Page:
FacebookTwitterGoogle+RedditEmail

How Falling Down Can Lead to Waking Up: Learning From Loss and Pain

The organic Kokopelli Farm has been my home, as well as my main work, identity, and love, for the last two-dozen years. Then I fell into a badger hole in the ground, covered by grass, on Jan. 15 this year. I crawled painfully uphill back into the house, as if I were a baby. This unwelcome anniversary will remain in my now 73-year old body and memory.

The fall plunged me into deep reflections, followed by life-changing behavior. “You must change your life” is a poetry line from Rilke that kept emerging as I spent hours each day in bed, no longer able to provide “the farmer’s shadow” with daily walks on the land, so essential to good farming.

Growing up is not always easy, even for elders like myself, closer to my death date than my birth date. Maturing can be sparked by a sudden, unexpected incident, like falling. What to do, other than feel sorry for one’s self? How can one turn an apparent loss into a learning experience and gain knowledge from it for one’s self and others?

I began by lightening my load. I decided to give away hundreds of books, DVDs, records, furniture, luggage, dog things, etc., which I had been collecting for decades.

“I call that ‘essentializing,’ commented Alexandra Hart of Transition Sebastopol’s monthly Elders Salon, which has been happening since 2010. “Aging makes one slower, so it means simplifying and seems to require letting go of stuff.”

“We’ve noticed in the Elders Salon that loss almost inevitably brings some kind of gain,” Hart added.

I’ve appreciated the smiles of friends and strangers as they load up books and other things, taking them on a journey into their lives and homes. I’m even asked to autograph some of the 24 books to which I have contributed, reminding me that I can at least still write, even though my body has been diminished. I can still grab a pen, which is how this old-fashioned writer starts every article or book chapter, only using the computer for revisions.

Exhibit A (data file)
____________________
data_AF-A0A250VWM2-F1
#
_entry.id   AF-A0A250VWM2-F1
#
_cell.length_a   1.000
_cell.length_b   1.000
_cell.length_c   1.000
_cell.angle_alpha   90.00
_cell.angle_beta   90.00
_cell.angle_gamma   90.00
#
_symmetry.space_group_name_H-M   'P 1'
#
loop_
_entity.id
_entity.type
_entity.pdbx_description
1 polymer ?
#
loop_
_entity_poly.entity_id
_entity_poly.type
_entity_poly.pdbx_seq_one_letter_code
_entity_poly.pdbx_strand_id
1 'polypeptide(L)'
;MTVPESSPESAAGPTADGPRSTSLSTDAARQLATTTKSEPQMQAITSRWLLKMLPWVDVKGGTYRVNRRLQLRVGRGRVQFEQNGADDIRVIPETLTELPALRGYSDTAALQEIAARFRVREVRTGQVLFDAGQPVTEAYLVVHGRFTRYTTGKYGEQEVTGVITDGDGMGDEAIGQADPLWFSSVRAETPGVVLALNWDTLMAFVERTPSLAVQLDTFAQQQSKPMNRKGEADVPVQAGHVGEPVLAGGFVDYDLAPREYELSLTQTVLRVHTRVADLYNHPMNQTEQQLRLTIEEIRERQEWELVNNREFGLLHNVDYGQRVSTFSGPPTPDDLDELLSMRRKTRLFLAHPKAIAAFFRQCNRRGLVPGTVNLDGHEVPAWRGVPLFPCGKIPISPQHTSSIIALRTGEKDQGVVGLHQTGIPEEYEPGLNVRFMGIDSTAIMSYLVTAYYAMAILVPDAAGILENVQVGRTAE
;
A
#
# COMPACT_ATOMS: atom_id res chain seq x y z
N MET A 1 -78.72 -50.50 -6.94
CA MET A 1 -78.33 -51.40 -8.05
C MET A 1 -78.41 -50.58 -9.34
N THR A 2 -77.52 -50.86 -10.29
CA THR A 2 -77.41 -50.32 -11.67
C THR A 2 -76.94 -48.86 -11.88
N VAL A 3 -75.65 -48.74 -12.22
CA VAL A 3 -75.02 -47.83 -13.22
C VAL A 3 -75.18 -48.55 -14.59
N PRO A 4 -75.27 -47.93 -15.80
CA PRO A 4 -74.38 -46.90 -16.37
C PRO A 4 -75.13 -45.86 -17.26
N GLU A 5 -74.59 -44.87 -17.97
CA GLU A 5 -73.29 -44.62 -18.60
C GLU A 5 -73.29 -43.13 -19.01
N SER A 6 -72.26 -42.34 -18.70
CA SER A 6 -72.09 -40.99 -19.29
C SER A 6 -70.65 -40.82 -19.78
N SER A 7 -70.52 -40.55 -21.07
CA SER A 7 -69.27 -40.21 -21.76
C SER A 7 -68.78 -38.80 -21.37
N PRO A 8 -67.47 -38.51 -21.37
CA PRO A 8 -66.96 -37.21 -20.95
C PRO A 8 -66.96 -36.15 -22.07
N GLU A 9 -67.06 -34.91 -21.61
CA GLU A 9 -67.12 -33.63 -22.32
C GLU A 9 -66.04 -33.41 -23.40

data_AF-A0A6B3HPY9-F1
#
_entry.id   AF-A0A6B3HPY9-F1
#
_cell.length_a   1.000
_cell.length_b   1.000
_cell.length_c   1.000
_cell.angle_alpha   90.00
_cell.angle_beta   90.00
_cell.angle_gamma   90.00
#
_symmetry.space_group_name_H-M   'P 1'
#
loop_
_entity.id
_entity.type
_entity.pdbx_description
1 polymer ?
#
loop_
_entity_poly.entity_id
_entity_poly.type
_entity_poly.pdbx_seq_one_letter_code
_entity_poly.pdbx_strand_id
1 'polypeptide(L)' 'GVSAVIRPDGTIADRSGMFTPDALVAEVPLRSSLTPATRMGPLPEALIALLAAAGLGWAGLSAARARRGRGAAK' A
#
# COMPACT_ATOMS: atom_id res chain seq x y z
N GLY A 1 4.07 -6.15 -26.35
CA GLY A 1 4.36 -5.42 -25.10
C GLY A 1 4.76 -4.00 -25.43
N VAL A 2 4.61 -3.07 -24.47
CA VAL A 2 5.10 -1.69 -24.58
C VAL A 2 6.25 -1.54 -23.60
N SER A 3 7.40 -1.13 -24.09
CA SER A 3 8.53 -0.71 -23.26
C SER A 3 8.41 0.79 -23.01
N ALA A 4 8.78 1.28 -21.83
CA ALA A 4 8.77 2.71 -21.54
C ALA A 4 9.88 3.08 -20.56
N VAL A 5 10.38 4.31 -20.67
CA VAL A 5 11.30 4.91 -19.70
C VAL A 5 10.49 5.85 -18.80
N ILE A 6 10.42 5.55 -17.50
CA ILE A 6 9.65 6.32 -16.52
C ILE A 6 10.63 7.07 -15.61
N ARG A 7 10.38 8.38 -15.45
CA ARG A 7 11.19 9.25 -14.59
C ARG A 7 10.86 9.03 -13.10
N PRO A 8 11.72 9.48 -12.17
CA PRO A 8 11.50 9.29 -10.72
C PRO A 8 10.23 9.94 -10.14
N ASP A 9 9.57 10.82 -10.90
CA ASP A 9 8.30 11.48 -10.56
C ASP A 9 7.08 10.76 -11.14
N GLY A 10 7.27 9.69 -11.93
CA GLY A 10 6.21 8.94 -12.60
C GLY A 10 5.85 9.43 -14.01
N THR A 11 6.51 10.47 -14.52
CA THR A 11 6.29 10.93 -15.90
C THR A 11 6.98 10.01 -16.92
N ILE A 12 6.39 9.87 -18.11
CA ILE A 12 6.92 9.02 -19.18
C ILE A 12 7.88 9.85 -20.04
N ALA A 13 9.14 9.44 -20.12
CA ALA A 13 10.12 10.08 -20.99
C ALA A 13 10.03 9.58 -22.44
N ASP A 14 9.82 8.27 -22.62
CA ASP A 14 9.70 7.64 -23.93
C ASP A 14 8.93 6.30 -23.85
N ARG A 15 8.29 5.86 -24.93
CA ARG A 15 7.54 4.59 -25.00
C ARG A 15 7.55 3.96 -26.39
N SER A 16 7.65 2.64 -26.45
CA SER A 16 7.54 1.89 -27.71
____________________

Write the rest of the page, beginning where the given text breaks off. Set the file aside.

The fall, though deeply painful into my vulnerable knee and neck, became a blessing in disguise. Many friends brought me chicken soup, other food, and helped lessen my isolation. I listened to their stories of having fallen, being sick, and experiencing excruciating pain. I now appreciate even more living in the small town of Sebastopol with its caring community.

LOSS, IDENTITY, FUNCTION, AND CONTROL

“Loss can be conceptualized along three intersecting axes: loss of control, loss of identity, and loss of relationships,” writes Dr. Barbara Sourkes in her book The Deepening Shade: Psychological Aspects of Life-Threatening Illness.

My identity as a farmer has considerable importance to me. I farm most days of the year. After my fall, I have been unable to farm for weeks—such a loss. Among my losses have been many basic body functions and control. I have also had to change my self-image and body-image. Being more dependent on others than usual has been a stretch. I’ve had identities other than as a farmer, especially as teacher and writer.

I’m used to having a good, solid bowel movement every morning, on schedule, which I looked forward to. Yet for two weeks after my fall I had no bowel movements and lost 15 pounds, which is 10% of my weight. What a relief when I began gaining weight and had my first bowel movements, though they came out mainly as liquid.

“When I’m physically drained, I often don’t feel like talking,” a client told Dr. Sourkes. As an introvert, though also a public person, I sometimes feel the same. Some friends have worn me down by their needs to talk, talk, talk. “I’m all talked out,” I say at times, which can make me feel like the bad guy.

My fall dramatically changed my self-image and body-image. I now consider myself temporarily (hopefully) disabled.  I notice others with canes and am more cautions with my movements, which have been limited. As my friend David Goff writes, “Falling is scary.”

FRIENDS TELL THEIR STORIES

Instead of hiding my fears, I have been sharing them with friends, some of whom report their own stories. “You strike a familiar chord of vulnerability that we all face, especially in our later years,” observed body-worker Jeff Rooney. “I work with many people now older than I and a big theme is falling and fear of falling. People know from observing others that falling is often a step away from dying. A hip breaks and before you know it, the person is gone.”

Being in bed alone for hours can be boring, oh so boring. Add some pain and it can be even worse, with sleep being difficult. At times I have felt distant and even absent from this now-broken body.

“With my long illness I have had to reevaluate what I can do, which is tied to who I am,” writes my friend Janus Matthes. “Passing along our worldly goods is a positive action as we round third base.”